October 06, 2020
Here's a quick little tutorial for altering your Iris Tee sleeve (check out the pattern here). This can be used on any sleeve, not just the Iris Tee of course. And what better way to show it than a video? Check the video for a visual overview of the technique, and then read on for all the details and tips.
If you want to be walked through the process, read on for the step-by-step!
You do not need to do this all the way around the pattern, only on the areas that your alteration lines will be hitting.
The seam allowances on the Iris tee are 6mm (¼"), which is perfect for construction with a serger/overlocker, and is standard in the fashion industry for knits.
The alteration lines are a little different for each view.
The three-quarter sleeve
In this case, we are doing a horizontal line across the base of the sleeve crown (this will be perpendicular to the grainline). Then, we will do two vertical lines parallel to the grainline. These should be 1/4 of the way across the sleeve and 3/4 of the way across the sleeve. Using your first, horizontal line as a guide will make it easy.
The short sleeve
We do not need to mark the horizontal line on this one. We can just do two angled lines that go from the hem to the crown.
A standard full bicep adjustment may simply do one vertical line right in the centre, but by using two lines, we can avoid the pleated detail in the centre of the sleeve, while still getting the same effect.
This where the marked seam allowances come in. You only want to cut to just before the marked seam line. Then, make a little clip from the edge of the pattern, to just before the seam line. This will leave a little hinge. This means that our slashing and spreading alterations do not affect the length of the seam, so everything will sew together correctly at the end.
You will want to use your own biceps measurement as a guide. Once you have that, add on a little ease (at least 2cm/¾") so that your sleeve will not be skin-tight. That will be your finished measurement. Open up the sleeve until you reach that measurement.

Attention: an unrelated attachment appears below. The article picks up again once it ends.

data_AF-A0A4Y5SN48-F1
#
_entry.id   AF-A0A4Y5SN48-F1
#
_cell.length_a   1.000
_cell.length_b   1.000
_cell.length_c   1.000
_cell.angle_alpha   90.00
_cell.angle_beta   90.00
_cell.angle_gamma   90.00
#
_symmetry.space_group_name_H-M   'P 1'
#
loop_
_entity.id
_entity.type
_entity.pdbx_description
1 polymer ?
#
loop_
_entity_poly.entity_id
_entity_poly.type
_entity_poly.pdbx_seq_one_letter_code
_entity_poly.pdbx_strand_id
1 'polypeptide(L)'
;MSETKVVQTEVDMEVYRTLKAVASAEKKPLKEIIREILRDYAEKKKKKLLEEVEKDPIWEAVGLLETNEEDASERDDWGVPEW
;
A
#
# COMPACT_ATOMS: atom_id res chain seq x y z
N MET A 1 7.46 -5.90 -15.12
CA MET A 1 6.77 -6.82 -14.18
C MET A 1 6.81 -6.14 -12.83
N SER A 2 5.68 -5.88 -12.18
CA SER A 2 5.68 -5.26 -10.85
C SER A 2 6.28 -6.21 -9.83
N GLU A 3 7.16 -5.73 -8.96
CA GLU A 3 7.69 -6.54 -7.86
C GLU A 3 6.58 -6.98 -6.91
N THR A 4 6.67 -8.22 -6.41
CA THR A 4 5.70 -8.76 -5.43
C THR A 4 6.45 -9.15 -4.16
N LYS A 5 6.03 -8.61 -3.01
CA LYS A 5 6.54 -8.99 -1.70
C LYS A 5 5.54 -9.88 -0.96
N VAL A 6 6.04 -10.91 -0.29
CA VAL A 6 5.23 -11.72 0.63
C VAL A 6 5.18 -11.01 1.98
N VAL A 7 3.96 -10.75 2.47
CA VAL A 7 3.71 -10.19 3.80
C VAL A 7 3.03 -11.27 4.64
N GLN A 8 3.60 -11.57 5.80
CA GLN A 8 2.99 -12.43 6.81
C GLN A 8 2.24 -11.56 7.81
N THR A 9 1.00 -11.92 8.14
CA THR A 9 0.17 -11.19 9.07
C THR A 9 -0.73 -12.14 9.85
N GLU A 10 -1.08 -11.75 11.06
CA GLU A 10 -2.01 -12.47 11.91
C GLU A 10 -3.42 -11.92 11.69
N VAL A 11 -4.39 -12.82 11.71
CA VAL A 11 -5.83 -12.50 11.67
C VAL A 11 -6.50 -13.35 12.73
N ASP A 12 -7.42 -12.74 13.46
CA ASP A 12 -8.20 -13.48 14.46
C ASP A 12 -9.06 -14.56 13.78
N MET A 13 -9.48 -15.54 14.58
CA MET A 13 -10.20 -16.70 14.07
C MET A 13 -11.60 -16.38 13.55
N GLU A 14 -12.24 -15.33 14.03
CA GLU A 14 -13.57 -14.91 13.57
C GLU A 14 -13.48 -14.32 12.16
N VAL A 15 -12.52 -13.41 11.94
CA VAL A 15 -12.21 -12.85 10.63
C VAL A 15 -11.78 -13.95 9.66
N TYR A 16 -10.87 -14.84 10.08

As you can see in the video, I use weights on my patterns to hold the areas that I do not want to move (the weights shown are large washers from a hardware store. So glam!). For the three-quarter sleeve, the alteration goes down to zero at the hem, as we do not need extra width in the forearm. This means that the sleeve band for this view needs no alterations.
For the short sleeve, the alteration widens all the way to the base of the pattern, as that is the bicep area of the arm. So, the sleeve band needs to be opened up by the same amount added at the hem.
Secure the middle of the pattern piece in the arm area as shown, so it does not move. Then, start opening up the extra width needed in the sleeve. As you do so, you will have to let the centre of the crown drop down, causing the crown height to drop. This makes the shape of the top of the sleeve a little flatter. Basically, we are sacrificing some of the height in the crown to give us more width in the arm.
Lastly, fill in the gaps that have opened up in your pattern with some extra paper, and tape it all down! Make sure there are no bubbles; your pattern piece must sit perfectly flat. If bubbles have formed, keep moving the sections into place until it sits flat. Then, you can smooth out any dents in the outline of the sleeve crown that have formed due to your pivoting. Your new sleeve is ready to cut!
I hope this helps shed some light on this commonly-needed alteration and how it works. You can definitely use this for other sleeves too, not just this design. If you have any questions, or even any requests for other tutorials, let me know in the comments. Happy sewing!
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The Clementine dress and top now has a full bust option, giving you more versatility with your fit, and giving a wider range of people the option to make Clementine!
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December 09, 2020 0 Comments
Check out our in-depth video on sewing an invisible zip! This tutorial was created as part of the extra content for the Ella skirt, which you can buy here. But naturally, you can use this tutorial for any pattern which uses an invisible zip!
I have been developing my invisible zip technique for years, and have tried every way of sewing them! I have combined all the things I've learned along the way into my own ultimate method. I absolutely love this pinless way of sewing. And if it scares you to sew without pins, don't worry, I have some handling tips, and even some examples that show you what not to do. If you still prefer to use pins, of course that's okay too! Sewing is all about doing it the way that makes you happy.